Is now a good time to buy a home?
February 10, 2008
The Superbowl traditionally marks the beginning of the Spring real estate market here in Silicon Valley. True to form, we are seeing inventories climb from seasonal lows, and a lot more people visiting open houses on the weekends. As the media continues to run stories on increasing foreclosures, and an economic stimulus package that includes an increase in the limits for conforming loans wends its way through Congress, more and more people are asking me if this is a good time to buy a home.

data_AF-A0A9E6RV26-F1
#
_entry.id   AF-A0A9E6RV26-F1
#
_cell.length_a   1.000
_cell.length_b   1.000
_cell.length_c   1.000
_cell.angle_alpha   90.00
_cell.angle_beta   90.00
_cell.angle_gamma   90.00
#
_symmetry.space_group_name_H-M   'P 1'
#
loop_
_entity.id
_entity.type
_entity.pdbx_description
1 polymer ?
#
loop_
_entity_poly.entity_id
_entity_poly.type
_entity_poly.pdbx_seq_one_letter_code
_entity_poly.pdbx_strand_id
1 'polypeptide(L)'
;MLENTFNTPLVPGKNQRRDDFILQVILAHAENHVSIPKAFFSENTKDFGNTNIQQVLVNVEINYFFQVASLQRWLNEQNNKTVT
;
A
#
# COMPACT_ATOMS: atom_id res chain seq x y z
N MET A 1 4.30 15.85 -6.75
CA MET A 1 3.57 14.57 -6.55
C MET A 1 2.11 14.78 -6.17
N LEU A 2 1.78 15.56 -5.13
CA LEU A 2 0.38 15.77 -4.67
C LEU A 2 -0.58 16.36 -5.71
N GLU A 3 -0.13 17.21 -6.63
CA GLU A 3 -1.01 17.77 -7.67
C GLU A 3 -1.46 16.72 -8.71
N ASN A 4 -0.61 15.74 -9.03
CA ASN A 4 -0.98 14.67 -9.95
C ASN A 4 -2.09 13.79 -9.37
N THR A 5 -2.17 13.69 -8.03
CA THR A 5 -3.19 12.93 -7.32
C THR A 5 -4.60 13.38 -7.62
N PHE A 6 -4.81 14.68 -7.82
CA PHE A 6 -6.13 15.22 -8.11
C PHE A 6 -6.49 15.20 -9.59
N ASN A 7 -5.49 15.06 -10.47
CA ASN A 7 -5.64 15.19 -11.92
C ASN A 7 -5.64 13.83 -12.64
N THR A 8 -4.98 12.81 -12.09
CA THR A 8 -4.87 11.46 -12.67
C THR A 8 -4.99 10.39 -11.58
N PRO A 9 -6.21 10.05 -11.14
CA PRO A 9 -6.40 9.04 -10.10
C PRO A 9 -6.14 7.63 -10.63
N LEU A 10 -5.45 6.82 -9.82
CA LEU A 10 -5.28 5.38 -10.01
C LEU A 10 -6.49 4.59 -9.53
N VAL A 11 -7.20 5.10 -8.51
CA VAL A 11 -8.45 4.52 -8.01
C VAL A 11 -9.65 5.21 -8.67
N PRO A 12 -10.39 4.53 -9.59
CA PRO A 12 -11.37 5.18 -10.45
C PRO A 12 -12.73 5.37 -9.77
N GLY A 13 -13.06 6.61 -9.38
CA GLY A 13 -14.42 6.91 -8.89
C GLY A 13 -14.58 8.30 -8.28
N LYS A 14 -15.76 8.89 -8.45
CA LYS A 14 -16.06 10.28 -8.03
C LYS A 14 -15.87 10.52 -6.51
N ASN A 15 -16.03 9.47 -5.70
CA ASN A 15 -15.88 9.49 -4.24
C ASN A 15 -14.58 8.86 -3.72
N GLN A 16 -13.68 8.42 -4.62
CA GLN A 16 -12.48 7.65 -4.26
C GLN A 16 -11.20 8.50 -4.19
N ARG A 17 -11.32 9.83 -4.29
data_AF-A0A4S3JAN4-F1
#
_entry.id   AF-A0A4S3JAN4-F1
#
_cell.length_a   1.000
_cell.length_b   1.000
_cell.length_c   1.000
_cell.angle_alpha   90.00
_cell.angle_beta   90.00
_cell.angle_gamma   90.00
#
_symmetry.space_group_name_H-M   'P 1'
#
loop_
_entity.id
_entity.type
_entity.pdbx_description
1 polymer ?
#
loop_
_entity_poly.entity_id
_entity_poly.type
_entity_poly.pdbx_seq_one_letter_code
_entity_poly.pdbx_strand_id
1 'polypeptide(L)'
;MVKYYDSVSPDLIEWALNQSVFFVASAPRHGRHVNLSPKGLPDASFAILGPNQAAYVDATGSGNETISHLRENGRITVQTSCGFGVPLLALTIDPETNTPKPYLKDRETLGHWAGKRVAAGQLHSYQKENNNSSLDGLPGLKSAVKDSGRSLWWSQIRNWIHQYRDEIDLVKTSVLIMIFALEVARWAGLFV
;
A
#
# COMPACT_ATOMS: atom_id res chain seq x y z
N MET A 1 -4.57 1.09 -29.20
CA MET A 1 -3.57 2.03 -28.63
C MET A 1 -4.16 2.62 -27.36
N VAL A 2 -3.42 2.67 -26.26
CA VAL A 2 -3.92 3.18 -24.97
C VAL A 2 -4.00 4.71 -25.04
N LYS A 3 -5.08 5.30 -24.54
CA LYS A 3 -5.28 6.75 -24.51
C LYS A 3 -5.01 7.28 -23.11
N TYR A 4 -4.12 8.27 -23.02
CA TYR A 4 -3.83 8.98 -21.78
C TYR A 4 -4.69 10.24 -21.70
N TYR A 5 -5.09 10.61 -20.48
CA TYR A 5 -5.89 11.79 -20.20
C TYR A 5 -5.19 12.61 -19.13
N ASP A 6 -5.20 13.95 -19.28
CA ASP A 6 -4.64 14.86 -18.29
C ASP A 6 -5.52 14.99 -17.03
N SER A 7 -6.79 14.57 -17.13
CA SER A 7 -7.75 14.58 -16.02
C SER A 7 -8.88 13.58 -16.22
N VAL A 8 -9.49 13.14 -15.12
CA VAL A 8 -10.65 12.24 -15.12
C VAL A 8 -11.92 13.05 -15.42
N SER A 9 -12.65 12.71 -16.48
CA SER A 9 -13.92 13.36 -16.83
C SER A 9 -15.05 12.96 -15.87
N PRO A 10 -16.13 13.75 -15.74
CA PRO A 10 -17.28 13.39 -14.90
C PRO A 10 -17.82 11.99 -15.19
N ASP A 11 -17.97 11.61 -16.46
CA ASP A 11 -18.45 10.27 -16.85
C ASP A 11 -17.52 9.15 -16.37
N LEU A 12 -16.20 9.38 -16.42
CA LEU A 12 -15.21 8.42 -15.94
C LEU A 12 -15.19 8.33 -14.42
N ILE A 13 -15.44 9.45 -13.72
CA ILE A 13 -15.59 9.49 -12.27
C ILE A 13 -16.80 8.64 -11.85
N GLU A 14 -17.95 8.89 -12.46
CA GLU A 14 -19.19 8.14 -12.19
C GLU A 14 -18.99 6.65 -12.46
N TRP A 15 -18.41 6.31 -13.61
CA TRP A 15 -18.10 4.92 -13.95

In our area (Palo Alto, Los Altos, Los Altos Hills, Menlo Park, Mountain View), prices have been stable in 2007 (except Palo Alto which is up significantly), and we aren’t seeing the big jumps in foreclosure activity that are widely reported in the media in other areas. As the Federal Reserve has cut interest rates to stave off a national recession, loans have become more affordable nationwide, with rates near historic lows.
The majority of short sales and foreclosures in the area have been in homes in the $600,000 price range, having the effect of making many of these homes more affordable as lenders want to get rid of them. In contrast to most economic downturns, the higher - end market is doing better than the lower end.
Fellow contributor and mortgage banker Eric Trailer at Absolute Mortgage Bank in Palo Alto had these thoughts on the local housing market for the next few months: